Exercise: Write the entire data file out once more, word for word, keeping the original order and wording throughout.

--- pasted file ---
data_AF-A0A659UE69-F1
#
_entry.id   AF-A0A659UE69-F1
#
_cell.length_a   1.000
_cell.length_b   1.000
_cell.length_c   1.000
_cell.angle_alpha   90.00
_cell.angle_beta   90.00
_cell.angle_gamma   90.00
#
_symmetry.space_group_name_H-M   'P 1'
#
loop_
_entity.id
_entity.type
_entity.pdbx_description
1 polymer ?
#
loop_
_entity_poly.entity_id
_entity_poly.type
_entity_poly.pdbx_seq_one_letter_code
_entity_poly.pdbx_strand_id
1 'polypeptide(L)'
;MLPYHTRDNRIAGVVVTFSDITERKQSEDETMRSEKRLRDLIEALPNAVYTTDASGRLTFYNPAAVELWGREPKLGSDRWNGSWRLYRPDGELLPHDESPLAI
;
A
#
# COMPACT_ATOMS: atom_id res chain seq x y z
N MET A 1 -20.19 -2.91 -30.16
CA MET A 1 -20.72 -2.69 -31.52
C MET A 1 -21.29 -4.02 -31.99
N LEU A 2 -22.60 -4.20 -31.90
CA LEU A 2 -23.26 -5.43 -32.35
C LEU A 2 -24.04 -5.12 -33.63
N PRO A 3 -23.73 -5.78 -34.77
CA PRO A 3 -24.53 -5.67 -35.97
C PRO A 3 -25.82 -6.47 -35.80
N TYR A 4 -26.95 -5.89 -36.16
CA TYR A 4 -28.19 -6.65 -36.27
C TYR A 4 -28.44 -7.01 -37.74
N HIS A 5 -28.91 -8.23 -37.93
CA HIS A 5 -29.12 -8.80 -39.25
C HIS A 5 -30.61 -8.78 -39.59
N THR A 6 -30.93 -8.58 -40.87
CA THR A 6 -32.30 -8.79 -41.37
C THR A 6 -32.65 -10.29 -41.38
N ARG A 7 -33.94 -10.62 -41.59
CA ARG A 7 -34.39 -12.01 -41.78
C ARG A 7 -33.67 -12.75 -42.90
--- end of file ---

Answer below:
data_AF-A0A659UE69-F1
#
_entry.id   AF-A0A659UE69-F1
#
_cell.length_a   1.000
_cell.length_b   1.000
_cell.length_c   1.000
_cell.angle_alpha   90.00
_cell.angle_beta   90.00
_cell.angle_gamma   90.00
#
_symmetry.space_group_name_H-M   'P 1'
#
loop_
_entity.id
_entity.type
_entity.pdbx_description
1 polymer ?
#
loop_
_entity_poly.entity_id
_entity_poly.type
_entity_poly.pdbx_seq_one_letter_code
_entity_poly.pdbx_strand_id
1 'polypeptide(L)'
;MLPYHTRDNRIAGVVVTFSDITERKQSEDETMRSEKRLRDLIEALPNAVYTTDASGRLTFYNPAAVELWGREPKLGSDRWNGSWRLYRPDGELLPHDESPLAI
;
A
#
# COMPACT_ATOMS: atom_id res chain seq x y z
N MET A 1 -20.19 -2.91 -30.16
CA MET A 1 -20.72 -2.69 -31.52
C MET A 1 -21.29 -4.02 -31.99
N LEU A 2 -22.60 -4.20 -31.90
CA LEU A 2 -23.26 -5.43 -32.35
C LEU A 2 -24.04 -5.12 -33.63
N PRO A 3 -23.73 -5.78 -34.77
CA PRO A 3 -24.53 -5.67 -35.97
C PRO A 3 -25.82 -6.47 -35.80
N TYR A 4 -26.95 -5.89 -36.16
CA TYR A 4 -28.19 -6.65 -36.27
C TYR A 4 -28.44 -7.01 -37.74
N HIS A 5 -28.91 -8.23 -37.93
CA HIS A 5 -29.12 -8.80 -39.25
C HIS A 5 -30.61 -8.78 -39.59
N THR A 6 -30.93 -8.58 -40.87
CA THR A 6 -32.30 -8.79 -41.37
C THR A 6 -32.65 -10.29 -41.38
N ARG A 7 -33.94 -10.62 -41.59
CA ARG A 7 -34.39 -12.01 -41.78
C ARG A 7 -33.67 -12.75 -42.90